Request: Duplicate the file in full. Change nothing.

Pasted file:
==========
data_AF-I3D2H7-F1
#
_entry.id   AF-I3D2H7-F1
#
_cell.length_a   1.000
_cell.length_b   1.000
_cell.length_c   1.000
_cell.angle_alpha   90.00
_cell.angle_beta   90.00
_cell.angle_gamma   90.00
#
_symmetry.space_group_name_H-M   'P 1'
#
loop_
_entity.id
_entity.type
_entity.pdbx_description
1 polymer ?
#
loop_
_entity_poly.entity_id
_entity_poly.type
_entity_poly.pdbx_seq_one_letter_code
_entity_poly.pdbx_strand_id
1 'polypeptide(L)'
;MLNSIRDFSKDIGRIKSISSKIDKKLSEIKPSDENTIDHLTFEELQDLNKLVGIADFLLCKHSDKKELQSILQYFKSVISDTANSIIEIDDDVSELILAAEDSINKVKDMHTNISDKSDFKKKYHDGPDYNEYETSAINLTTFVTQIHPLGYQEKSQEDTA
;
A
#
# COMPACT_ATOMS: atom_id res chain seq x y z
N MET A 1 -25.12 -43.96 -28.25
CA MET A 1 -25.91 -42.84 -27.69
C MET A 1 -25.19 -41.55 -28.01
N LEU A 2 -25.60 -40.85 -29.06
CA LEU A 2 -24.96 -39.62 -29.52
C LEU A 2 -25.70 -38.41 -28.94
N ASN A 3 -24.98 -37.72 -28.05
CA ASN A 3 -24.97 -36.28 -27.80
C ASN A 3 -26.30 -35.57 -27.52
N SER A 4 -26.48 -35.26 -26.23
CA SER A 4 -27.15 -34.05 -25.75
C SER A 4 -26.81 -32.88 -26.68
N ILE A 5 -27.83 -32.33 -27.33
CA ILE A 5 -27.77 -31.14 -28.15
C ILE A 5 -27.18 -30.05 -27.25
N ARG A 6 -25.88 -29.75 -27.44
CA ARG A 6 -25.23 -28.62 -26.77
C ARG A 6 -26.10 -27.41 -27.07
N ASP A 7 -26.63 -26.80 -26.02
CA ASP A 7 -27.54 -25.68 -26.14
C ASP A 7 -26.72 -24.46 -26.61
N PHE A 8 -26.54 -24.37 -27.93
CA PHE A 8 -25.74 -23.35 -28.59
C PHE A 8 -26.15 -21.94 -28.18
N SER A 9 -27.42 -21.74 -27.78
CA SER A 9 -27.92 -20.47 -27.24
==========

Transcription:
data_AF-I3D2H7-F1
#
_entry.id   AF-I3D2H7-F1
#
_cell.length_a   1.000
_cell.length_b   1.000
_cell.length_c   1.000
_cell.angle_alpha   90.00
_cell.angle_beta   90.00
_cell.angle_gamma   90.00
#
_symmetry.space_group_name_H-M   'P 1'
#
loop_
_entity.id
_entity.type
_entity.pdbx_description
1 polymer ?
#
loop_
_entity_poly.entity_id
_entity_poly.type
_entity_poly.pdbx_seq_one_letter_code
_entity_poly.pdbx_strand_id
1 'polypeptide(L)'
;MLNSIRDFSKDIGRIKSISSKIDKKLSEIKPSDENTIDHLTFEELQDLNKLVGIADFLLCKHSDKKELQSILQYFKSVISDTANSIIEIDDDVSELILAAEDSINKVKDMHTNISDKSDFKKKYHDGPDYNEYETSAINLTTFVTQIHPLGYQEKSQEDTA
;
A
#
# COMPACT_ATOMS: atom_id res chain seq x y z
N MET A 1 -25.12 -43.96 -28.25
CA MET A 1 -25.91 -42.84 -27.69
C MET A 1 -25.19 -41.55 -28.01
N LEU A 2 -25.60 -40.85 -29.06
CA LEU A 2 -24.96 -39.62 -29.52
C LEU A 2 -25.70 -38.41 -28.94
N ASN A 3 -24.98 -37.72 -28.05
CA ASN A 3 -24.97 -36.28 -27.80
C ASN A 3 -26.30 -35.57 -27.52
N SER A 4 -26.48 -35.26 -26.23
CA SER A 4 -27.15 -34.05 -25.75
C SER A 4 -26.81 -32.88 -26.68
N ILE A 5 -27.83 -32.33 -27.33
CA ILE A 5 -27.77 -31.14 -28.15
C ILE A 5 -27.18 -30.05 -27.25
N ARG A 6 -25.88 -29.75 -27.44
CA ARG A 6 -25.23 -28.62 -26.77
C ARG A 6 -26.10 -27.41 -27.07
N ASP A 7 -26.63 -26.80 -26.02
CA ASP A 7 -27.54 -25.68 -26.14
C ASP A 7 -26.72 -24.46 -26.61
N PHE A 8 -26.54 -24.37 -27.93
CA PHE A 8 -25.74 -23.35 -28.59
C PHE A 8 -26.15 -21.94 -28.18
N SER A 9 -27.42 -21.74 -27.78
CA SER A 9 -27.92 -20.47 -27.24